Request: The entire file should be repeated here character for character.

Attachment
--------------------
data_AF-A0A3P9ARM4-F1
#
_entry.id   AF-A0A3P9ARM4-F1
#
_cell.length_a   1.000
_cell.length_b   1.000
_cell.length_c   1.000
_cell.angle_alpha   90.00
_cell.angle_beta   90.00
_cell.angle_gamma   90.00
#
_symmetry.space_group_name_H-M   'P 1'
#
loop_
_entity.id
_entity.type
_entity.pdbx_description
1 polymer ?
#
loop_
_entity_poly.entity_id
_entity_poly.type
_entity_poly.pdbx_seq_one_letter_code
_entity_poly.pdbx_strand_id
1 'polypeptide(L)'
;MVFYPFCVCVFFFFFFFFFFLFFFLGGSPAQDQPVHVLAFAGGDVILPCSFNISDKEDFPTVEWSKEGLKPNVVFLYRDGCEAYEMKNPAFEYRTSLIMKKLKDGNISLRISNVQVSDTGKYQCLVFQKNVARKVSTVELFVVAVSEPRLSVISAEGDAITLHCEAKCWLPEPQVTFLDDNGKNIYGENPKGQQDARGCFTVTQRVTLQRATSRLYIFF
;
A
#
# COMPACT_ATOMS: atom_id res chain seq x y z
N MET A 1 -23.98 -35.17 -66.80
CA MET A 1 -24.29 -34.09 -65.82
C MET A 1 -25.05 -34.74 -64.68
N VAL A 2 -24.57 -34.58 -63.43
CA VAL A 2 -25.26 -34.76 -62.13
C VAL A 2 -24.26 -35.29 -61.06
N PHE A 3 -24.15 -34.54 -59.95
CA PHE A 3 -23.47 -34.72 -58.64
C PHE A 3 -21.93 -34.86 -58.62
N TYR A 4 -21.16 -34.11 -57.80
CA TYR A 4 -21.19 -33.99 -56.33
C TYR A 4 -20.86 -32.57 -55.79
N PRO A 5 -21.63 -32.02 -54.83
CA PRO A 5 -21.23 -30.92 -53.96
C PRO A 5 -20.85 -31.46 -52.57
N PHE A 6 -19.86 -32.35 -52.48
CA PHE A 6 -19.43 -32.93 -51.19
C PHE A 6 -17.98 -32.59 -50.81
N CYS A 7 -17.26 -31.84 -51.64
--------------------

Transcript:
data_AF-A0A3P9ARM4-F1
#
_entry.id   AF-A0A3P9ARM4-F1
#
_cell.length_a   1.000
_cell.length_b   1.000
_cell.length_c   1.000
_cell.angle_alpha   90.00
_cell.angle_beta   90.00
_cell.angle_gamma   90.00
#
_symmetry.space_group_name_H-M   'P 1'
#
loop_
_entity.id
_entity.type
_entity.pdbx_description
1 polymer ?
#
loop_
_entity_poly.entity_id
_entity_poly.type
_entity_poly.pdbx_seq_one_letter_code
_entity_poly.pdbx_strand_id
1 'polypeptide(L)'
;MVFYPFCVCVFFFFFFFFFFLFFFLGGSPAQDQPVHVLAFAGGDVILPCSFNISDKEDFPTVEWSKEGLKPNVVFLYRDGCEAYEMKNPAFEYRTSLIMKKLKDGNISLRISNVQVSDTGKYQCLVFQKNVARKVSTVELFVVAVSEPRLSVISAEGDAITLHCEAKCWLPEPQVTFLDDNGKNIYGENPKGQQDARGCFTVTQRVTLQRATSRLYIFF
;
A
#
# COMPACT_ATOMS: atom_id res chain seq x y z
N MET A 1 -23.98 -35.17 -66.80
CA MET A 1 -24.29 -34.09 -65.82
C MET A 1 -25.05 -34.74 -64.68
N VAL A 2 -24.57 -34.58 -63.43
CA VAL A 2 -25.26 -34.76 -62.13
C VAL A 2 -24.26 -35.29 -61.06
N PHE A 3 -24.15 -34.54 -59.95
CA PHE A 3 -23.47 -34.72 -58.64
C PHE A 3 -21.93 -34.86 -58.62
N TYR A 4 -21.16 -34.11 -57.80
CA TYR A 4 -21.19 -33.99 -56.33
C TYR A 4 -20.86 -32.57 -55.79
N PRO A 5 -21.63 -32.02 -54.83
CA PRO A 5 -21.23 -30.92 -53.96
C PRO A 5 -20.85 -31.46 -52.57
N PHE A 6 -19.86 -32.35 -52.48
CA PHE A 6 -19.43 -32.93 -51.19
C PHE A 6 -17.98 -32.59 -50.81
N CYS A 7 -17.26 -31.84 -51.64